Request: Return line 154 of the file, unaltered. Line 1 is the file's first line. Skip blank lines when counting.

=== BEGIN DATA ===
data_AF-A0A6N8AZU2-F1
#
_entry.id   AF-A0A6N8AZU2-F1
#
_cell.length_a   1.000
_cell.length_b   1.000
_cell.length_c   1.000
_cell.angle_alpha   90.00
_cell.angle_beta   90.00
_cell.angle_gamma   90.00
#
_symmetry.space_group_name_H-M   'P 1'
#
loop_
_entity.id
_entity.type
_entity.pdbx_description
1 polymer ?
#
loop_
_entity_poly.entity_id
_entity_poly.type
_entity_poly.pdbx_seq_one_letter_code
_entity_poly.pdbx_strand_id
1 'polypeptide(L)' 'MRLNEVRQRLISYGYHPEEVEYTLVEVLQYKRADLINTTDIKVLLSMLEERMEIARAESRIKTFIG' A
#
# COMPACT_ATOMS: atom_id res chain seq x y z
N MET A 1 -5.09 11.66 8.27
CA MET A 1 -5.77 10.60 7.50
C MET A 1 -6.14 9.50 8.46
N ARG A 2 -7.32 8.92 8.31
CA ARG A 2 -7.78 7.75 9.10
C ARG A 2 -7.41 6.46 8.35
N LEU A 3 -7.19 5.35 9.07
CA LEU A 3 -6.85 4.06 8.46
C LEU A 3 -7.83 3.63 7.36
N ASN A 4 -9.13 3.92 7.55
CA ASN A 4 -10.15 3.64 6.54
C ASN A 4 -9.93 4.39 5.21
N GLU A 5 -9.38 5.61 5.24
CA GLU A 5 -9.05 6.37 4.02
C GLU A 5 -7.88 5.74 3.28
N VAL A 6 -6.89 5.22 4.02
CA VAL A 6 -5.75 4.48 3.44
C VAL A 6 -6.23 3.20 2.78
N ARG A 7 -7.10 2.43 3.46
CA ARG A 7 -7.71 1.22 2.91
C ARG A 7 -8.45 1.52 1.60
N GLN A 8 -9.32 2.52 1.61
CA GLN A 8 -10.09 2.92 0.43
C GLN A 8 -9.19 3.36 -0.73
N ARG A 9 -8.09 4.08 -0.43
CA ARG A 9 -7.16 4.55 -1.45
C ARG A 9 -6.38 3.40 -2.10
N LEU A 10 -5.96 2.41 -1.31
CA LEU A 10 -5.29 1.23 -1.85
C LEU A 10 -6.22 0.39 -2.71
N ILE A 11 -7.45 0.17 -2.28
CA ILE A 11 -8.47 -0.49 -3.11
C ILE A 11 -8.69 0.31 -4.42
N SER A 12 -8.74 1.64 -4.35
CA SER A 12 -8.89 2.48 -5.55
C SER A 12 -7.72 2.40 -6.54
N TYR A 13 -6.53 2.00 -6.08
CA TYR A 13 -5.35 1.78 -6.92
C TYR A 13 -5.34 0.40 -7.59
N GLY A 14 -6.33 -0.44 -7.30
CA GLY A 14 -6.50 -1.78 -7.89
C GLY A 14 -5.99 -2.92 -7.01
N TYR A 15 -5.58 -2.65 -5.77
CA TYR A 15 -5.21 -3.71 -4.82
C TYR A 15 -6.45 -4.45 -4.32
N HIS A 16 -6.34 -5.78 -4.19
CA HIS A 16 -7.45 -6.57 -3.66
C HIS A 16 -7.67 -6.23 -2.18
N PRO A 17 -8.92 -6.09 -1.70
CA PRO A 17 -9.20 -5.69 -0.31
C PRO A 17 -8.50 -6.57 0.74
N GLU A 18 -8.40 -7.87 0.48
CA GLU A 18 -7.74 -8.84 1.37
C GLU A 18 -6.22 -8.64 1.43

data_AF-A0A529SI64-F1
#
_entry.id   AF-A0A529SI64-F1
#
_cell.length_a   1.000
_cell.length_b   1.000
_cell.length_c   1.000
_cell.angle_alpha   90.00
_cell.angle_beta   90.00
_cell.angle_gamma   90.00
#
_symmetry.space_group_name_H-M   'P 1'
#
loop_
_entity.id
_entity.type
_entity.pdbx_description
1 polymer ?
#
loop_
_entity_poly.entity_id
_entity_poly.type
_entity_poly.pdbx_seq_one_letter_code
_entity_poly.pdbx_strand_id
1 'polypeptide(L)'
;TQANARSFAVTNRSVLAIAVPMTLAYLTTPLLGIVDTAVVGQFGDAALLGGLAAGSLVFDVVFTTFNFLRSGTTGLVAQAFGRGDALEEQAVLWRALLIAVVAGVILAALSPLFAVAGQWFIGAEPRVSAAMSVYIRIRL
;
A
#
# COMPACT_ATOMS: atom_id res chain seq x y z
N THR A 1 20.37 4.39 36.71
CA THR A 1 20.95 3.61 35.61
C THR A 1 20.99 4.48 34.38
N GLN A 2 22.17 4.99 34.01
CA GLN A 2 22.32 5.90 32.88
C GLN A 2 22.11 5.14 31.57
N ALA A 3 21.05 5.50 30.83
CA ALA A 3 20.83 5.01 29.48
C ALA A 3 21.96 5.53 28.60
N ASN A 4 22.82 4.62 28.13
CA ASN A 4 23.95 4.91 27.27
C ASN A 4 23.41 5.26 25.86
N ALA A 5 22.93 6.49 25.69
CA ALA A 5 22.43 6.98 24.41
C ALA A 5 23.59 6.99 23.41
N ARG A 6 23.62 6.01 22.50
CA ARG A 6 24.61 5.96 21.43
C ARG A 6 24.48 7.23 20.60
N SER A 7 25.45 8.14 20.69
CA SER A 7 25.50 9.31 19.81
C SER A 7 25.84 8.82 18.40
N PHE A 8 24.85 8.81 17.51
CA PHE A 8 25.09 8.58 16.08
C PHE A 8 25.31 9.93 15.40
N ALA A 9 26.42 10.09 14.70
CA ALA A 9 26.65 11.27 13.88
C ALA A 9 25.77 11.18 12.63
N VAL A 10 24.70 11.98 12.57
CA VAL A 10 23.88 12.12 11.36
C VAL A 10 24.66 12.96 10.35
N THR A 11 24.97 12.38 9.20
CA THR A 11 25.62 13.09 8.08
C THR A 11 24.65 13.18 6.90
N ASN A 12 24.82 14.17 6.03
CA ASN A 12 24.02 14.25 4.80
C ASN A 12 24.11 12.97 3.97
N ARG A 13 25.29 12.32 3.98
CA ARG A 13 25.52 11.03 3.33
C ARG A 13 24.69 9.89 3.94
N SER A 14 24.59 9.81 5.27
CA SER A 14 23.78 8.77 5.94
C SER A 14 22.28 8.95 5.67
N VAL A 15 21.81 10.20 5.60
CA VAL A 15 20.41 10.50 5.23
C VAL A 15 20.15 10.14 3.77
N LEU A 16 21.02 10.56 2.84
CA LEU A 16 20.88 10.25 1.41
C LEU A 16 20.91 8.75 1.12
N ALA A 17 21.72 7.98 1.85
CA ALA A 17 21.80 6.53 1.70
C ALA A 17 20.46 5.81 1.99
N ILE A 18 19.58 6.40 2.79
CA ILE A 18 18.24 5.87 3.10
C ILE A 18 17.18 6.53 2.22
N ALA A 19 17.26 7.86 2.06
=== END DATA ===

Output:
N VAL A 15 21.81 10.20 5.60